From what we can tell, that should suit Dave and the STM team just fine — there is a whole lot more in DS9’s setup.

“This season we were limited by the small tyres needed to run in Sport Mod class,” says Andre. “Next season we will most likely make the move to Pro Import, which means we are able to run bigger tyres, giving us more traction to support more power. We should be able to achieve an easy 1200hp at the wheels whilst still running on Q16 gas.” Sounds to us like a seven-second pass is looming for Project DS9.

New Zealand has a proud, if short, tradition of building fast import drag cars, and workshops like STM are riding the crest of that wave. AMS is likely to take back the record, but I’ll be looking forward to the start of our next race season, and imagining the looks on the faces of AMS’s team members once they lose it all over again. It’ll sure beat the looks I’m still receiving from NZPC’s neighbours every time I walk out of the office to get my lunch.

Mitsubishi Lancer Evolution IX – Specifications

Engine: Mitsubishi 4G63 2.2-litre (stroked) inline four, STM-spec JE forged pistons, STM-spec alloy conrods, Tomei billet 2.2-litre stroker crankshaft, ARP fasteners, o-ringed block, HKS head gasket, STM enlarged/baffled sump, STM competition balance shaft removal kit, STM mechanical cam belt tensioner, HKS cam belt, billet STM drag cams, adjustable STM solid lifter kit, double valve springs, titanium retainers, Ferrea oversized stainless valves, ported/polished head, reshaped/cc’d combustion chambers, competition bronze valve guides, HKS adjustable cam gears, custom headlight air intake, Carboglass carbon fibre air box, Hypertune plenum, Hypertune 90mm throttle body, Garrett GT45 turbocharger with Tial Sport V-Band exhaust housing, custom STM 321 stainless long-primary exhaust manifold with merge collector, Turbosmart 60mm wastegate, Turbosmart Raceport blow-off valve, 100mm-thick intercooler core, 76mm alloy plumbing, 12-litre fuel cell mounted in engine bay, 2x SX 1000hp fuel pumps, HKS fuel rail, 1600cc injectors, SX fuel pressure regulator, Sparktech CDI coil system, M&W Pro Drag 4 CDI, 100mm stainless exhaust dump off turbo, 60mm dump from wastegate, custom alloy radiator, oil cooler removed, MoTeC M400 engine management system, MoTeC Sport Dash Logger (SDL), MoTeC Shift Light Module (SLM), MoTeC E888 expansion unit for additional data logging, custom chromoly front chassis bars, subframe modifications, custom chromoly north-south cross member, engine solid mounted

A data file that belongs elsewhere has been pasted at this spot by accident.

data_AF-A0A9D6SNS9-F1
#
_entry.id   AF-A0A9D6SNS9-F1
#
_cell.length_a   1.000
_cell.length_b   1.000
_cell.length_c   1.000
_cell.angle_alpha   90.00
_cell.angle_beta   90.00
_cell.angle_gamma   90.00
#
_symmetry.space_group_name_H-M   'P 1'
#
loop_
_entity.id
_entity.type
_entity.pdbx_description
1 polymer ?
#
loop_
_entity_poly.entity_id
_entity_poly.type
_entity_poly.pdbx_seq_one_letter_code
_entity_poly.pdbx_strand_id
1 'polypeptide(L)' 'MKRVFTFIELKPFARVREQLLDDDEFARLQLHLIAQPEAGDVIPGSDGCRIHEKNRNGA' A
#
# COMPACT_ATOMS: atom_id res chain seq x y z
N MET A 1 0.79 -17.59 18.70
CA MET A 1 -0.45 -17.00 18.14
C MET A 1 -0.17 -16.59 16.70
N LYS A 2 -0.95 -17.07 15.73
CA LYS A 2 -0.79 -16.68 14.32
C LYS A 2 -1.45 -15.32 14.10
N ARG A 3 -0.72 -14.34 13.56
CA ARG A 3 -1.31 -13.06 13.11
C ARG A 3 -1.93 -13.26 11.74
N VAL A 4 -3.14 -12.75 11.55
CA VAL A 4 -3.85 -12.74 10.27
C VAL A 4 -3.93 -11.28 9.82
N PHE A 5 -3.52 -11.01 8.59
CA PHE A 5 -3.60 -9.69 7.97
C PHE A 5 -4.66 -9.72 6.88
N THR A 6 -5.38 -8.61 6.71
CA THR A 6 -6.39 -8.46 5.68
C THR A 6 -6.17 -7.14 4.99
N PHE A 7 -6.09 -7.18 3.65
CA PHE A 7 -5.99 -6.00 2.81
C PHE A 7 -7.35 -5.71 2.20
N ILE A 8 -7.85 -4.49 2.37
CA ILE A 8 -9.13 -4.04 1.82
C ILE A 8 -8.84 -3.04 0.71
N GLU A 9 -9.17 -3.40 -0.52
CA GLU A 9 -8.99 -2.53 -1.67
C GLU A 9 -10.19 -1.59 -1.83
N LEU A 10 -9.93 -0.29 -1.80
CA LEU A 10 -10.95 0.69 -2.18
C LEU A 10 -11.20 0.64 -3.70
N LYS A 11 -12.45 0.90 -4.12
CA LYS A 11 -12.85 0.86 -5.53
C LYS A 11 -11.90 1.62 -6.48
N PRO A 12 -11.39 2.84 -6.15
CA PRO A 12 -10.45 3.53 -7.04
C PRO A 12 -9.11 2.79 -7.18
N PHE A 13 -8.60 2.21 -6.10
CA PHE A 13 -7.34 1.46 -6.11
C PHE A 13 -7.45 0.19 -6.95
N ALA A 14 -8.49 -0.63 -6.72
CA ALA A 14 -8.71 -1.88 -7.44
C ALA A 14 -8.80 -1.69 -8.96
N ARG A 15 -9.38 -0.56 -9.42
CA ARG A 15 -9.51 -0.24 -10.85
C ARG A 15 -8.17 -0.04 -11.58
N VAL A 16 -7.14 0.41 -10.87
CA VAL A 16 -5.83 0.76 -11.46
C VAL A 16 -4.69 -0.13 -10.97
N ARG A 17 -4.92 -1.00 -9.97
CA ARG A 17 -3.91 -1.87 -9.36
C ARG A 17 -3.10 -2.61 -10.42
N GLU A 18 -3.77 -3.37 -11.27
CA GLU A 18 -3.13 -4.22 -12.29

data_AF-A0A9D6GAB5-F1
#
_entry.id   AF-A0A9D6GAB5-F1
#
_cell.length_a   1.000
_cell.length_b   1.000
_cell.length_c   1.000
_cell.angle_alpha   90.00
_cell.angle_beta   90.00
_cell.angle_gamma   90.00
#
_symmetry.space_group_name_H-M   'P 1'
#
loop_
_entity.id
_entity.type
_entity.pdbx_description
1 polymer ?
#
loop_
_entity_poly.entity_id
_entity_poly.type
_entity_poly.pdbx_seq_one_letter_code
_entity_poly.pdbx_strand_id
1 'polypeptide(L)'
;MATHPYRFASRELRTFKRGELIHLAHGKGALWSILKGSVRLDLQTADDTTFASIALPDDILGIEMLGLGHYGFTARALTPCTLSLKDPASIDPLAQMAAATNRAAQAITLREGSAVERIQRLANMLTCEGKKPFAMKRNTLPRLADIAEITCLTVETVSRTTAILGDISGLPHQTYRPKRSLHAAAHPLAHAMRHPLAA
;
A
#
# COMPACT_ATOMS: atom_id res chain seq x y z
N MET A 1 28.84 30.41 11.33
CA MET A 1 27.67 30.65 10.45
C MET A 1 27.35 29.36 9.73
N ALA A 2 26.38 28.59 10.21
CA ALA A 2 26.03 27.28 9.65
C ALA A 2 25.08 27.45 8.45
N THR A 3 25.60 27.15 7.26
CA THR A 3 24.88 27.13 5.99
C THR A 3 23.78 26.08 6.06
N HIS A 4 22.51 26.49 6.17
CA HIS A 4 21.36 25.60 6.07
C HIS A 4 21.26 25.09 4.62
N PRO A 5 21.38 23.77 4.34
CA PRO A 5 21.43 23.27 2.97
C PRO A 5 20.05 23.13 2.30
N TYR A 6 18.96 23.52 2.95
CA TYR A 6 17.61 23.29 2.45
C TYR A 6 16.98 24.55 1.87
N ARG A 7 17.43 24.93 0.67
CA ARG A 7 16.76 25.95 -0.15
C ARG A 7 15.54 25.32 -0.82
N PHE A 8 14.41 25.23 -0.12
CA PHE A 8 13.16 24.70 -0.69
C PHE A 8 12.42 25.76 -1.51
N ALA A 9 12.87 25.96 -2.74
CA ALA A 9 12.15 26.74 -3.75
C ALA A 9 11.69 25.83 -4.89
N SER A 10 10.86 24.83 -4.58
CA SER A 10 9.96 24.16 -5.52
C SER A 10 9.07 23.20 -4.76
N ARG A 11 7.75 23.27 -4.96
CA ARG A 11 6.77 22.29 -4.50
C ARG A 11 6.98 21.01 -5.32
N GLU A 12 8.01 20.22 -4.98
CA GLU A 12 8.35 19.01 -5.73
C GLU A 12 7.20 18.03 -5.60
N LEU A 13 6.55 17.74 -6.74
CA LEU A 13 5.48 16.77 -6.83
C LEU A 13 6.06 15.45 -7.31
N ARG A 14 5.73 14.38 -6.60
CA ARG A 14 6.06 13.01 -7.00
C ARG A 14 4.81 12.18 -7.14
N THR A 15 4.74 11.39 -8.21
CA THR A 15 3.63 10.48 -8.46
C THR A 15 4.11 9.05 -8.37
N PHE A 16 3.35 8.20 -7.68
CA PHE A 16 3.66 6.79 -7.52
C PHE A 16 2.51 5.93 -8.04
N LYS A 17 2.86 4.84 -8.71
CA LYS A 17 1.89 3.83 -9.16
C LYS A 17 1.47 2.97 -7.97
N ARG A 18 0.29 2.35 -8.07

Driveline: STM-built PPG 4-speed dog box with drag-specific ratios, Ikeya sequential shifter, STM ghost-shifter, custom chromoly flywheel, Quartermaster triple-plate clutch, STM front, centre and rear diff spools, Driveshaft Shop axles front/rear, Driveshaft Shop two-piece driveshaft
Suspension: BC 2-way adjustable shocks with external gas reservoirs, sway bars removed, power steering removed
Brakes: Front – Wilwood solid scalloped lightweight front rotors, 4-pot Wilwood billet callipers, Rear – Wilwood solid scalloped lightweight rotors, 2-pot Wilwood billet callipers, line-locker, hydraulic handbrake
Wheels/Tyres: Ray’s Engineering/Volk Racing 15×7-inch TE37 rims, Mickey Thompson 24.5x8x15 slicks
Exterior: Aftermarket fibreglass doors, Lexan windows, fibreglass boot lid, carbon fibre boot floor panel
Interior: Racetech driver seat, Momo steering wheel, MoTeC SDL dash, MoTeC SLM shift light, air launcher for parachute
Performance: Dyno Power – 1001hp (747kW) at the wheels, 0-400 – 8.34 @ 274kph, 1118kg with fuel and driver

Dave Stock – Driver Profile

Lives: Auckland
Build time: 8 months
Owned: 1.5 years
Thanks: The entire STM team, Bam Blaikie, Doug Goodall, Andre Simon, Ben Silcock, Ray Yee, Bonnie Price, Susan Herbert, Body Works, Cemec Engineering, Craig @ Sparktech, Nick @ JE Pistons, Phil @ Redline Performance, Paul and Corey @ Firestone Wainui, Paul @ NZ Performance, Russell @ Mitsubishi NZ, Mark @ MoTeC, Reece @ Heat Treatments, John @ Shep Trans, Pete @ Hypertune, Paul and Rob, Kevin @ Kelford, Clint @ GSS Performance, Zac @ Carboglass

Words: Peter Kelly Photos: Dan Wakelin

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  • joe says
    7 sec pass that would be so crazy go boys
  • barnes10 says
    8.42 @ that's just a nad faster than my Toyota Camry. Well done!
  • Richard says
    All i can say is wow i wont one!!!!!!
  • Jareth says
    Pretty skux car!
  • Battler says
    Get some diesel and McDonalds food trays and this would be a fun Wednesday night..
    • JasonMantis says
      Beautifully put
    • actsclan says
      This would be the replacement for my Toyota Cynos if someone wants to shout me
    • Bambi says
      lucky dave